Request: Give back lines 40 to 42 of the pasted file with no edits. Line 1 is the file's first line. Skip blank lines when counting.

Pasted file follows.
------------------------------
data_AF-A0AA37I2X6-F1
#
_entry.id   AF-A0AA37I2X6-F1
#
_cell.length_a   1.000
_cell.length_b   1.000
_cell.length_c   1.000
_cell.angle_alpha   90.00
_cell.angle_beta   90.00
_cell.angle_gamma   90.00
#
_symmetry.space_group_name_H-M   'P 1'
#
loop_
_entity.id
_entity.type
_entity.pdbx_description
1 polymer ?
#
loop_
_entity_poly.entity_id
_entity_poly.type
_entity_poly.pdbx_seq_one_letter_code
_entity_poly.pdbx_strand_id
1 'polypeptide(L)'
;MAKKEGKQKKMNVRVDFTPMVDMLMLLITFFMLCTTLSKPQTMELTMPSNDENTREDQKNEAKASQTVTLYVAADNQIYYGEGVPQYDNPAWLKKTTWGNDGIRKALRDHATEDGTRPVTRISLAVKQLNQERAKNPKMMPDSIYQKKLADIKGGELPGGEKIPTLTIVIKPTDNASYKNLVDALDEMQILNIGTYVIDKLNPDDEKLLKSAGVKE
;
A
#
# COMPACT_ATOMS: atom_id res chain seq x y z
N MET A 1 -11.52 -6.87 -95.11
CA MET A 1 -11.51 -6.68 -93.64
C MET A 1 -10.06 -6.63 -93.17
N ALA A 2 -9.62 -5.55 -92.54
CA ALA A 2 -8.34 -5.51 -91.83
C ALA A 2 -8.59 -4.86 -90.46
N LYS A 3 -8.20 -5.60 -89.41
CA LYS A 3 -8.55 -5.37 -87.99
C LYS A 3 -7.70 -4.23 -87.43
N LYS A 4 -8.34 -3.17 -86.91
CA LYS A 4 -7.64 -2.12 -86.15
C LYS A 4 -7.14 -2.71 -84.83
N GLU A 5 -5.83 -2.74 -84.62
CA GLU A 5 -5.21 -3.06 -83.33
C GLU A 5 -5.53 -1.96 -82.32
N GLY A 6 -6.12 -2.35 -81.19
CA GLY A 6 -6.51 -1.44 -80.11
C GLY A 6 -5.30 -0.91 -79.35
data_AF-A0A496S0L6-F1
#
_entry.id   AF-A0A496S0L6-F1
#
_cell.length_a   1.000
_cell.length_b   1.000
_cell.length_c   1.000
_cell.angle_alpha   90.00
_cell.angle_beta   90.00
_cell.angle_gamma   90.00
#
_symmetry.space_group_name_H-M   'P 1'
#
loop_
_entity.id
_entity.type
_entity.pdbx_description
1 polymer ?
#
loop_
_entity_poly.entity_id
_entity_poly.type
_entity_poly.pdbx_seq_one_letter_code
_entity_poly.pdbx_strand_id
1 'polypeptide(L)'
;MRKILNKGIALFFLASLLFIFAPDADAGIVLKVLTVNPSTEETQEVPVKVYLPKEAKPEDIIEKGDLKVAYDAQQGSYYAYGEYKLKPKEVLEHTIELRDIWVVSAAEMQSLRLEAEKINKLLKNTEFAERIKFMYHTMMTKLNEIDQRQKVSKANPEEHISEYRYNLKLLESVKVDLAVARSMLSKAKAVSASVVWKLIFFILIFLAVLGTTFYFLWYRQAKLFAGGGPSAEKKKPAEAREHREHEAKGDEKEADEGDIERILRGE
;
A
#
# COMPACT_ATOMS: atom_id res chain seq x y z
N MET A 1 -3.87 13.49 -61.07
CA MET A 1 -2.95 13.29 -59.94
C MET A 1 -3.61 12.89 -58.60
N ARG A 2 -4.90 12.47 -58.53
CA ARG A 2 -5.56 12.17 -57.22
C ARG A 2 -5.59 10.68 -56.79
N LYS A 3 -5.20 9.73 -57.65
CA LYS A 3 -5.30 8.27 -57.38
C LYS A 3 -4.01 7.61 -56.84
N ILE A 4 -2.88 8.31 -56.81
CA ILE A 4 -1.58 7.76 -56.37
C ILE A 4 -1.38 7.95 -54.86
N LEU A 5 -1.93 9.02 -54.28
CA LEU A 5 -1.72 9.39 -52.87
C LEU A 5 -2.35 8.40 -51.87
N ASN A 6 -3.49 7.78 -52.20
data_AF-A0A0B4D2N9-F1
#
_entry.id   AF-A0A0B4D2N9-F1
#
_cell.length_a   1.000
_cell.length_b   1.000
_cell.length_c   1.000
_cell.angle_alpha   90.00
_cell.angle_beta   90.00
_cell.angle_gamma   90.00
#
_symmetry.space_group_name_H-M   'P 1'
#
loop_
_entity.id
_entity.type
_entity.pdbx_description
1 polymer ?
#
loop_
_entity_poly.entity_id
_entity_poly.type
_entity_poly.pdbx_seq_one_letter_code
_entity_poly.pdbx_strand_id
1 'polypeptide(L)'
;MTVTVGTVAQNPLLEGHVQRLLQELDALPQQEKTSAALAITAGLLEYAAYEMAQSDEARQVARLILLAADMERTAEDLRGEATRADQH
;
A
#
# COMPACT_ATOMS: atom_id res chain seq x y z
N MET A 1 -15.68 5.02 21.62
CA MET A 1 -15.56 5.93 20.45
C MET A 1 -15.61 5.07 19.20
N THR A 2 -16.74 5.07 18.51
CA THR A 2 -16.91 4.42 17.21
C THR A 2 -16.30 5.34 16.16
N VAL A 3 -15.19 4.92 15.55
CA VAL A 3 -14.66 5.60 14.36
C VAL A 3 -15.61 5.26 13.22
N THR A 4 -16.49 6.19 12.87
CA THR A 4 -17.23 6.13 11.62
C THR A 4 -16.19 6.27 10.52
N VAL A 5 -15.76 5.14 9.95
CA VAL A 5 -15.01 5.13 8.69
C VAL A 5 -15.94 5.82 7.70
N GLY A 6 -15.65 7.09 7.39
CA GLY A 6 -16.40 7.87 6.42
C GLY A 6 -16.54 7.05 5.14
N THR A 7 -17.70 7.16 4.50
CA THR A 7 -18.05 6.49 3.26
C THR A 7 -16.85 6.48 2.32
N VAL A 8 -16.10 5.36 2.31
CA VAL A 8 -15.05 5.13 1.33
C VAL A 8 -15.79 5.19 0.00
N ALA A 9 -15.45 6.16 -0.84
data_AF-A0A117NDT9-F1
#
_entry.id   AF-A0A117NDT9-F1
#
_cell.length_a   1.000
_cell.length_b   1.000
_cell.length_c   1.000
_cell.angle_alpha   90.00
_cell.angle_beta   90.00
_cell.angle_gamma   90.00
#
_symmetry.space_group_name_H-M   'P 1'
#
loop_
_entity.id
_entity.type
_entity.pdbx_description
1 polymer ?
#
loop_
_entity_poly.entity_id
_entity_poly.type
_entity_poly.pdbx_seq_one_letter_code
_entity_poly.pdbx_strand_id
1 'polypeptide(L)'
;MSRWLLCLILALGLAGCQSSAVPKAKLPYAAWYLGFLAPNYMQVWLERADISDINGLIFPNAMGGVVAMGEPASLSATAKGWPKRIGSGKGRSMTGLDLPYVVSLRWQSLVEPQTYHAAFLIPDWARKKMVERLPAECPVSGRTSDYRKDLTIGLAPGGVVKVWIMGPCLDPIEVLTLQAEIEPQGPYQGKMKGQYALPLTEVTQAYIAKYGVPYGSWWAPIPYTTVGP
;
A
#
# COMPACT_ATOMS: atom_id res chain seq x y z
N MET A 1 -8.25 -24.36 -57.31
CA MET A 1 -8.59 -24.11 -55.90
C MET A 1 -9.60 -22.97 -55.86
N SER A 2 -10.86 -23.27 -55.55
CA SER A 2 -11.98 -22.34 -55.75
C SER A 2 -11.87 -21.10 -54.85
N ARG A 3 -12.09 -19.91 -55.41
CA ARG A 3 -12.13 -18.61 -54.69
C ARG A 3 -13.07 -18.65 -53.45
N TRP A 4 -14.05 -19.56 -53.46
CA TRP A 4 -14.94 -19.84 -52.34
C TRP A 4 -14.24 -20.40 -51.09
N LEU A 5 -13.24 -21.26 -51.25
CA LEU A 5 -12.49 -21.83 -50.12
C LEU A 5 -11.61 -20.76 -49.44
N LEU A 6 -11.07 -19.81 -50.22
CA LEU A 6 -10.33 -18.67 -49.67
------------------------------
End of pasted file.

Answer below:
N LYS A 4 -8.34 -3.17 -86.91
CA LYS A 4 -7.64 -2.12 -86.15
C LYS A 4 -7.14 -2.71 -84.83